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Delay Social Security

Delay Social Security

If you are still working and are considering taking social security, you may have your benefits reduced.  According to the Social Security Administration:

Year of Birth

Full Retirement Age




66 and 2 months


66 and 4 months


66 and 6 months


66 and 8 months


66 and 10 months



  • If you are under full retirement age for the entire year, they deduct $1 from your benefit payments for every $2 you earn above the annual limit.  For 2016, that limit is $15,720.
  • In the year you reach full retirement age, they deduct $1 in benefits for every $3 you earn above a different limit, but they only count earnings before the month you reach your full retirement age.  If you will reach full retirement age in 2016, the limit on your earnings for the months before full retirement age is $41,880.
  • Starting with the month you reach full retirement age, you can get your benefits with no limit on your earnings.  When you reach full retirement age the SSA will recompute your benefit amount to leave out the months when we reduced or withheld benefits for excess earnings.  This usually leads to a larger benefit, but not as high as if you just delayed your benefits.

Delaying 62 – Full Retirement Age 
Your benefit is reduced 5/9 of 1% for each month before full retirement age, up to 36 months.  If the number of months exceeds 36, then the benefit is reduced 5/12 of 1% per month.  Here’s an easier look at it:


Full Retirement Age of 66

Full Retirement Age of 67

Benefit Reduction at 62



Benefit Reduction at 63



Benefit Reduction at 64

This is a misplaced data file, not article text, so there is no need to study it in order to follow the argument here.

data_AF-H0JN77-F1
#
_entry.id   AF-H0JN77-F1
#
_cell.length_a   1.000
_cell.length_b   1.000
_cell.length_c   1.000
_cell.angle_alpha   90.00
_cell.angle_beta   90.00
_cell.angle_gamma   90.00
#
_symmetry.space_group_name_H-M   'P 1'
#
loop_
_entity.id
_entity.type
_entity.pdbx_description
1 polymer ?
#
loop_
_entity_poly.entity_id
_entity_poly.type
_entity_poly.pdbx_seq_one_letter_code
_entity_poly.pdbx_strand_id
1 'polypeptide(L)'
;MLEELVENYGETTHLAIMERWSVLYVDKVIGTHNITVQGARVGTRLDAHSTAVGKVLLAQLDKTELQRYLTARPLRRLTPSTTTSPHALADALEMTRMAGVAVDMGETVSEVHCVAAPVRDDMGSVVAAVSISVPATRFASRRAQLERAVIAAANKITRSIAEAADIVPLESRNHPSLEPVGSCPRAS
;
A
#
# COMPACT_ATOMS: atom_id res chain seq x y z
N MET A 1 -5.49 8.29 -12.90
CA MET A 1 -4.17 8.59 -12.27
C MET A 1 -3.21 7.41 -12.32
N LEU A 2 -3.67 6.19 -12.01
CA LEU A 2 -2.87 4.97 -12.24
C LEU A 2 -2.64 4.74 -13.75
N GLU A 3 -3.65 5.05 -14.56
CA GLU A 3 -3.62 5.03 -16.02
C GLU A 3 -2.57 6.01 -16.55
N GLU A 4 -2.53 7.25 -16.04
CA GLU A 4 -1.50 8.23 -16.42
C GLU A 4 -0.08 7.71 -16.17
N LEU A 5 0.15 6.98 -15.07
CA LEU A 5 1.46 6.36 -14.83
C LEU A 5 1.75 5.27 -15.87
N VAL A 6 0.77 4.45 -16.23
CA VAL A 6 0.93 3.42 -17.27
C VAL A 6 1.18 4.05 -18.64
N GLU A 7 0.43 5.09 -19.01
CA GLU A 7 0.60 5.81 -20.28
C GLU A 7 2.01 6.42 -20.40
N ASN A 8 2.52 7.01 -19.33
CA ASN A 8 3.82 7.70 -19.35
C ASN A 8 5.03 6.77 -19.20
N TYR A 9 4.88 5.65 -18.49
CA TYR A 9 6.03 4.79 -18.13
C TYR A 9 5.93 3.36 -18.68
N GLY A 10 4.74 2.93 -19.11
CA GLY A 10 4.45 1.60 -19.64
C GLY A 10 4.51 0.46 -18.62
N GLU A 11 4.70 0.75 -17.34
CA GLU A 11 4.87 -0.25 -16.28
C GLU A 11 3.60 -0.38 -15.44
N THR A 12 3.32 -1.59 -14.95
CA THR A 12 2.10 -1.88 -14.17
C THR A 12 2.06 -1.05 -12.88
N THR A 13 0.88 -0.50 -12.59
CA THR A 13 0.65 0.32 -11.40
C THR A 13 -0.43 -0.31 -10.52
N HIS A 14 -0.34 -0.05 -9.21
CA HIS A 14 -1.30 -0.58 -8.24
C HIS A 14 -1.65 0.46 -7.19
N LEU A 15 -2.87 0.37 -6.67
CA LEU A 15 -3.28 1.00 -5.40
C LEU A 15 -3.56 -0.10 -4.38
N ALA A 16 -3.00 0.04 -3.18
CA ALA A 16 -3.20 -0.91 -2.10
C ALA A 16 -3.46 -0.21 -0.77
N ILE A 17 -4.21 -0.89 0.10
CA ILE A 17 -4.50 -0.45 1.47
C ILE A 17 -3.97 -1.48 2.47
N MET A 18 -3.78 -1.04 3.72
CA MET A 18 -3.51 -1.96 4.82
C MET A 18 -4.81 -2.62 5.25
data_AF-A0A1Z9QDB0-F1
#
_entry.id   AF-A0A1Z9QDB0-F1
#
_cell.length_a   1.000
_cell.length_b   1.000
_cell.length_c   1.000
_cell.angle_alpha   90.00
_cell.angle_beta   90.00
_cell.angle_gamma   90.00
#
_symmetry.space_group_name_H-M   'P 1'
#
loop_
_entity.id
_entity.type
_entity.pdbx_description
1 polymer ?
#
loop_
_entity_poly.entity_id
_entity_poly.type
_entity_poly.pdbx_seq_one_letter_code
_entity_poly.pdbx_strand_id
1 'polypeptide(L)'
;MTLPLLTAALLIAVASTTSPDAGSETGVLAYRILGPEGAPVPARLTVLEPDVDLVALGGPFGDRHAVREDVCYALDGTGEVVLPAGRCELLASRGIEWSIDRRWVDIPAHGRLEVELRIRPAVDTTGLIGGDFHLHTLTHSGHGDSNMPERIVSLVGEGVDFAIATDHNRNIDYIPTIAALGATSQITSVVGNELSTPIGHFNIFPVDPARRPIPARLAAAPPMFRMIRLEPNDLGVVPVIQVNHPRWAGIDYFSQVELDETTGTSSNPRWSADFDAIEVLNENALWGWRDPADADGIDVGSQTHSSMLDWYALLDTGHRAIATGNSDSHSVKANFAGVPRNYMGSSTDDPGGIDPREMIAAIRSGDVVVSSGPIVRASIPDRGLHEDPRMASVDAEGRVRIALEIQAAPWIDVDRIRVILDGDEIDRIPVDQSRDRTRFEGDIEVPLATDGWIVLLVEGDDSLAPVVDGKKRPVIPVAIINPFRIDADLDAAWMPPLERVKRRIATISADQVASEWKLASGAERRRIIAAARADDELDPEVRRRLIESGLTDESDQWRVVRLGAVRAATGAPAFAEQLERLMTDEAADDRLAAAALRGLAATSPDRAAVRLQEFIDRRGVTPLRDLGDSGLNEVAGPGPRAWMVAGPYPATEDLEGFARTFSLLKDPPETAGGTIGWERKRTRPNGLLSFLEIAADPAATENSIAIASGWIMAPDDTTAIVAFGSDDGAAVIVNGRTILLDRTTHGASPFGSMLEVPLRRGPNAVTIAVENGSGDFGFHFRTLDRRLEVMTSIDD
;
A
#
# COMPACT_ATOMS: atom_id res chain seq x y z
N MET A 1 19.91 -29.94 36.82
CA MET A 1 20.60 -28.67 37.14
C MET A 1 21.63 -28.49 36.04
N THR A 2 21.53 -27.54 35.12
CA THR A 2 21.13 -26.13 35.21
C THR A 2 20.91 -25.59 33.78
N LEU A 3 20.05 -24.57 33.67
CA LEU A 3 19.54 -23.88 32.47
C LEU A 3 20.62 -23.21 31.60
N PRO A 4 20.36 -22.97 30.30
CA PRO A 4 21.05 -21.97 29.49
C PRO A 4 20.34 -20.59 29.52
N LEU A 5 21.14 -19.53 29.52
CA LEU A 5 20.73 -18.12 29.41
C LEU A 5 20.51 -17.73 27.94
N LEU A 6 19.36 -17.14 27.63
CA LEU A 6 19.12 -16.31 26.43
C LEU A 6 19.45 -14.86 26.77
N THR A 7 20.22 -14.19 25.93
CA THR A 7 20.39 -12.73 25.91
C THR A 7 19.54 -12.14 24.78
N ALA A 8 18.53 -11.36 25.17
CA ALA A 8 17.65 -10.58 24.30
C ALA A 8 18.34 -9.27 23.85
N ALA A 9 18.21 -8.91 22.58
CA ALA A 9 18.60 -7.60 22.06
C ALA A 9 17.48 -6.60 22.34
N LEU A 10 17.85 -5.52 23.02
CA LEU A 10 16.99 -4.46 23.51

Benefit Reduction at 65



Benefit Reduction at 66



Delaying Past Full Retirement Age 
For each month you delay taking benefits past full retirement age, you get an increase of 2/3 of 1% up to age 70.  That works out to an extra 8% for every year delayed.  If you were entitled to a $1,500/month benefit at age 66, you could delay 1 year and get $1,620/month at age 67 (8% more), $1,740/month at 68 (16% more), $1,860/month at 69 (24% more), or $1,980/month at age 70 (32% more).

When deciding whether to take social security early or delay, it’s important to consider when the choices “break-even”.  This is the point when the total of social security payments from each option equal each other.  Some calculate break-even as a straight dollar-for dollar comparison.  Others take inflation, time value of money (potential earnings), and taxes into consideration.  As a rule of thumb, we consider 12.5 years from the time you take delayed benefits to be the break-even.  If you’re comparing starting benefits at age 62 vs. age 66, your break-even would be around age 78.5 (12.5 years after age 66). Break-even is the first step, you also need to consider your health and financial situation when deciding on a start date.